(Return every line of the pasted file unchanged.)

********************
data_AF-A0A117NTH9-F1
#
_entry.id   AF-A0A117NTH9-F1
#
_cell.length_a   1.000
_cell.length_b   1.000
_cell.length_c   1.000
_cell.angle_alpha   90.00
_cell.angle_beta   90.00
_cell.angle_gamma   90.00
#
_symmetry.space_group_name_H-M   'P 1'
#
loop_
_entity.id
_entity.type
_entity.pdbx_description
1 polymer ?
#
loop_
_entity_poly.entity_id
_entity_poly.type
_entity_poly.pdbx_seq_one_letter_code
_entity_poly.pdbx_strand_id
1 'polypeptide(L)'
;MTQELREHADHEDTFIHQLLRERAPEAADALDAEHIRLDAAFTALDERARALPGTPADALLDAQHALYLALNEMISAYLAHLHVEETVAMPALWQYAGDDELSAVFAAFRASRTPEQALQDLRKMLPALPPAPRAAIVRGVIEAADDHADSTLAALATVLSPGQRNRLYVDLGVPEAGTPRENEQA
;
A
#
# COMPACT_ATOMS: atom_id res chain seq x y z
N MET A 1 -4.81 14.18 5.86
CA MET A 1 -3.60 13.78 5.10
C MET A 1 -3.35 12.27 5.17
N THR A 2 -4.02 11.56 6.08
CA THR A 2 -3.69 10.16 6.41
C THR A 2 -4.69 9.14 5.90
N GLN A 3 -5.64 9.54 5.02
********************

data_AF-A0A117NTH9-F1
#
_entry.id   AF-A0A117NTH9-F1
#
_cell.length_a   1.000
_cell.length_b   1.000
_cell.length_c   1.000
_cell.angle_alpha   90.00
_cell.angle_beta   90.00
_cell.angle_gamma   90.00
#
_symmetry.space_group_name_H-M   'P 1'
#
loop_
_entity.id
_entity.type
_entity.pdbx_description
1 polymer ?
#
loop_
_entity_poly.entity_id
_entity_poly.type
_entity_poly.pdbx_seq_one_letter_code
_entity_poly.pdbx_strand_id
1 'polypeptide(L)'
;MTQELREHADHEDTFIHQLLRERAPEAADALDAEHIRLDAAFTALDERARALPGTPADALLDAQHALYLALNEMISAYLAHLHVEETVAMPALWQYAGDDELSAVFAAFRASRTPEQALQDLRKMLPALPPAPRAAIVRGVIEAADDHADSTLAALATVLSPGQRNRLYVDLGVPEAGTPRENEQA
;
A
#
# COMPACT_ATOMS: atom_id res chain seq x y z
N MET A 1 -4.81 14.18 5.86
CA MET A 1 -3.60 13.78 5.10
C MET A 1 -3.35 12.27 5.17
N THR A 2 -4.02 11.56 6.08
CA THR A 2 -3.69 10.16 6.41
C THR A 2 -4.69 9.14 5.90
N GLN A 3 -5.64 9.54 5.02